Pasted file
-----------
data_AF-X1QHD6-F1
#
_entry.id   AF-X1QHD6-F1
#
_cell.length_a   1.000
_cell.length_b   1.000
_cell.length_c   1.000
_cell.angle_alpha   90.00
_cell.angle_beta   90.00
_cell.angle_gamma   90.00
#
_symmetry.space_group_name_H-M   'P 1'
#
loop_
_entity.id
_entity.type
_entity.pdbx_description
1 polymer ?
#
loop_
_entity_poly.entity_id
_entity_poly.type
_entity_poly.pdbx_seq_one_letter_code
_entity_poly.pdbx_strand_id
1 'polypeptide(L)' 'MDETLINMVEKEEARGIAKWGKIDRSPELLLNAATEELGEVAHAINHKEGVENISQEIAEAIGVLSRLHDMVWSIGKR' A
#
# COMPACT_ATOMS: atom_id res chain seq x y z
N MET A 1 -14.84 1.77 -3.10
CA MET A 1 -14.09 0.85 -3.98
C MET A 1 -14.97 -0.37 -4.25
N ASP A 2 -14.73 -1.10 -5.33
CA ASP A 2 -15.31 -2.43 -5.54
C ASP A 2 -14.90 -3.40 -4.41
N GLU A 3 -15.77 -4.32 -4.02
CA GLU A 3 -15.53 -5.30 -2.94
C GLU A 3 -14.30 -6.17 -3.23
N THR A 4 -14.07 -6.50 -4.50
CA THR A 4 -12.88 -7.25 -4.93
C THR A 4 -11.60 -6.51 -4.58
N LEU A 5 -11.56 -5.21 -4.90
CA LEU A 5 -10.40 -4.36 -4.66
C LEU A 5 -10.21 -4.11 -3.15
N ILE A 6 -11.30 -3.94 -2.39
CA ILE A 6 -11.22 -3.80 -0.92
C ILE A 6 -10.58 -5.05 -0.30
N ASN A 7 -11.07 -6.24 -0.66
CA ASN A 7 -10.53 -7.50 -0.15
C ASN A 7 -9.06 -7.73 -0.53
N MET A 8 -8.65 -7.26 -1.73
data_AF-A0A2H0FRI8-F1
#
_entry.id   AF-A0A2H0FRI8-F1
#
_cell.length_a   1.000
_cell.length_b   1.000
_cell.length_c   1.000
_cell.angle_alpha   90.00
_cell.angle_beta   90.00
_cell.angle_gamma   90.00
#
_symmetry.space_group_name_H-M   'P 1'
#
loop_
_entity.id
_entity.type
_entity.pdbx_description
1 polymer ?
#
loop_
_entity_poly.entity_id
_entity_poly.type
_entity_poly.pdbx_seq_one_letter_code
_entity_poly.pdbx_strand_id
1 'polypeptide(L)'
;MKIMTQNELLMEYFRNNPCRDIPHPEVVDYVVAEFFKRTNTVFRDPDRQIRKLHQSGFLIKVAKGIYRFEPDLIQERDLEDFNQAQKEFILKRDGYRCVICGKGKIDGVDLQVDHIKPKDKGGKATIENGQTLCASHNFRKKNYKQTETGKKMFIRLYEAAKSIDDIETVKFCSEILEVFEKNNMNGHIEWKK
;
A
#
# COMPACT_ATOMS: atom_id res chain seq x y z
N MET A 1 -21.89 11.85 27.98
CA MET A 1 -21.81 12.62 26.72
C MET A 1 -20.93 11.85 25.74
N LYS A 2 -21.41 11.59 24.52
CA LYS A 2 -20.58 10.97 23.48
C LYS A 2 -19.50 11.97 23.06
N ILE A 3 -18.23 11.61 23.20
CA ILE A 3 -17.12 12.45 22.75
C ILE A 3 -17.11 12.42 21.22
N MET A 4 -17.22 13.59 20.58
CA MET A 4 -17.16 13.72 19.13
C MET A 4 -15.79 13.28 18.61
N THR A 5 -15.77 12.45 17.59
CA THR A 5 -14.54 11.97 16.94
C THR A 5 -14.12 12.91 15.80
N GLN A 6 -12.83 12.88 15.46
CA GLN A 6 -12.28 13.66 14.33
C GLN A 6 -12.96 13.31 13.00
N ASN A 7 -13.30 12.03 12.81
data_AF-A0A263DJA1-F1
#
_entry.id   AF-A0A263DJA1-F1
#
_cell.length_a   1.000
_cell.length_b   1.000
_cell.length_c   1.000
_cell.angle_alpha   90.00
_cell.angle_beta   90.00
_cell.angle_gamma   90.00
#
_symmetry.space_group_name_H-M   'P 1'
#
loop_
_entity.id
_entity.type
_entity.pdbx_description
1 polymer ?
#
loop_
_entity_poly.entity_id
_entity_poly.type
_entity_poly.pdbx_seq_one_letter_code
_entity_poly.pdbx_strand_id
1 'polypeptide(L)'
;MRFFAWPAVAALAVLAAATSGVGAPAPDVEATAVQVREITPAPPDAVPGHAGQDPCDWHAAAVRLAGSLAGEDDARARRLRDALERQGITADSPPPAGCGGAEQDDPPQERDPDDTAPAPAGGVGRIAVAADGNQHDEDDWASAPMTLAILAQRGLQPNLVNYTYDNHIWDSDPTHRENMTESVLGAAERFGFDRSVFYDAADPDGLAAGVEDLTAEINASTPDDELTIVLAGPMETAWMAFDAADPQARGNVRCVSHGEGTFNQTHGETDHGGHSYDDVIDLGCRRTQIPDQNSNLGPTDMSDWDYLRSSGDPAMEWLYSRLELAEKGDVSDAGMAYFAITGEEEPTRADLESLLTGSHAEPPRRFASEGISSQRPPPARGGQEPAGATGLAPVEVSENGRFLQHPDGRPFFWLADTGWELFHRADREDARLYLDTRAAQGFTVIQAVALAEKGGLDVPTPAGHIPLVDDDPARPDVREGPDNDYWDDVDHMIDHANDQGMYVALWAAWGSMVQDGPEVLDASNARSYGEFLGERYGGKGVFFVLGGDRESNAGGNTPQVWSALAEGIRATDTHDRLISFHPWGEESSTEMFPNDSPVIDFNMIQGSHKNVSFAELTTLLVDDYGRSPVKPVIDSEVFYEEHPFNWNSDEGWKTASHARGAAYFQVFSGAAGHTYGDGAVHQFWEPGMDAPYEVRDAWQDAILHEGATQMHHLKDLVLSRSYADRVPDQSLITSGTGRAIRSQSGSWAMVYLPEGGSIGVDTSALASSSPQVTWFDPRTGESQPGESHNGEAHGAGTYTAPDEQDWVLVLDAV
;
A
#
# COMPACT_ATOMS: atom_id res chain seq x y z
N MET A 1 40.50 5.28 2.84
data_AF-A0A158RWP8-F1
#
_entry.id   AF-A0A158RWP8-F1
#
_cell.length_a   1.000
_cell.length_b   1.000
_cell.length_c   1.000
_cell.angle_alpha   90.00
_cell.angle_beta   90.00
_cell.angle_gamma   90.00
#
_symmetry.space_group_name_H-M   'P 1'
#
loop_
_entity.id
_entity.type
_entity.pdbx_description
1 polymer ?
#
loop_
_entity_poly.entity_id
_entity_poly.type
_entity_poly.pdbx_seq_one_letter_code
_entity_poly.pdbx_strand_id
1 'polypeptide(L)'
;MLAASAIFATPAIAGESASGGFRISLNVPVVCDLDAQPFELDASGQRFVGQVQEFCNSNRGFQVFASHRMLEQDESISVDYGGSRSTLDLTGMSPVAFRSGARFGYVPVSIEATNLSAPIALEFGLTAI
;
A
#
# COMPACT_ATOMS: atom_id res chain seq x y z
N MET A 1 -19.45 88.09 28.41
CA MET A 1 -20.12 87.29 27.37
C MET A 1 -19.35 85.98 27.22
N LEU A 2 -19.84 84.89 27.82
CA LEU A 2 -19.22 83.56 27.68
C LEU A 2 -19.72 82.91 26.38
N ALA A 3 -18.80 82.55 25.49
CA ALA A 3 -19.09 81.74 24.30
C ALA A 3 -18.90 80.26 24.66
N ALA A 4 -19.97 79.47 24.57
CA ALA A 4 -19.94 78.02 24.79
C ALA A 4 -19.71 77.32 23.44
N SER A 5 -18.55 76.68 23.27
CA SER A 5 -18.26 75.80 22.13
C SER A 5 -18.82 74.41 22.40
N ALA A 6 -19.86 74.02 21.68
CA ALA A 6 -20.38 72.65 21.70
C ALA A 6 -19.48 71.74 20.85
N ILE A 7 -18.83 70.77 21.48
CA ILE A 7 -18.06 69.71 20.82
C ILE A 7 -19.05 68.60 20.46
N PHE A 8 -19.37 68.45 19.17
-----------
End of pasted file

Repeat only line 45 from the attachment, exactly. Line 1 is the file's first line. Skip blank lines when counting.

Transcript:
C ILE A 6 -10.58 -5.05 -0.30